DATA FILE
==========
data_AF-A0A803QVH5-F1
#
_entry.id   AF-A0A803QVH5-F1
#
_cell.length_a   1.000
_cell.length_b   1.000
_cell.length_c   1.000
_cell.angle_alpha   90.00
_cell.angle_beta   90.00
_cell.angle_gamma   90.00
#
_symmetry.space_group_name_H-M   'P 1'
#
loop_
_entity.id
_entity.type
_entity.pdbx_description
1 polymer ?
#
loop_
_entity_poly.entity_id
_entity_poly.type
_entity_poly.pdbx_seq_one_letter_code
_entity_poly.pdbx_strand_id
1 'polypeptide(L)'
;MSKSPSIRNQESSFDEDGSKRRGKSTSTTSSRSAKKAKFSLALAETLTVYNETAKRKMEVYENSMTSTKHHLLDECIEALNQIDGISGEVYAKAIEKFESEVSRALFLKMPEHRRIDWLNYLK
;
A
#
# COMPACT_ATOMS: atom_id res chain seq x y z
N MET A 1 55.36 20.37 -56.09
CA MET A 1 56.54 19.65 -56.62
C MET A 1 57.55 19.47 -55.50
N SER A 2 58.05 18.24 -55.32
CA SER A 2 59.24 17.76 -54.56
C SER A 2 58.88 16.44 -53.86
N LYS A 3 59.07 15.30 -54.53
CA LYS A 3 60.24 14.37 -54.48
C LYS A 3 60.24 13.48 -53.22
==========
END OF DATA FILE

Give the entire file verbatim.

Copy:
data_AF-A0A803QVH5-F1
#
_entry.id   AF-A0A803QVH5-F1
#
_cell.length_a   1.000
_cell.length_b   1.000
_cell.length_c   1.000
_cell.angle_alpha   90.00
_cell.angle_beta   90.00
_cell.angle_gamma   90.00
#
_symmetry.space_group_name_H-M   'P 1'
#
loop_
_entity.id
_entity.type
_entity.pdbx_description
1 polymer ?
#
loop_
_entity_poly.entity_id
_entity_poly.type
_entity_poly.pdbx_seq_one_letter_code
_entity_poly.pdbx_strand_id
1 'polypeptide(L)'
;MSKSPSIRNQESSFDEDGSKRRGKSTSTTSSRSAKKAKFSLALAETLTVYNETAKRKMEVYENSMTSTKHHLLDECIEALNQIDGISGEVYAKAIEKFESEVSRALFLKMPEHRRIDWLNYLK
;
A
#
# COMPACT_ATOMS: atom_id res chain seq x y z
N MET A 1 55.36 20.37 -56.09
CA MET A 1 56.54 19.65 -56.62
C MET A 1 57.55 19.47 -55.50
N SER A 2 58.05 18.24 -55.32
CA SER A 2 59.24 17.76 -54.56
C SER A 2 58.88 16.44 -53.86
N LYS A 3 59.07 15.30 -54.53
CA LYS A 3 60.24 14.37 -54.48
C LYS A 3 60.24 13.48 -53.22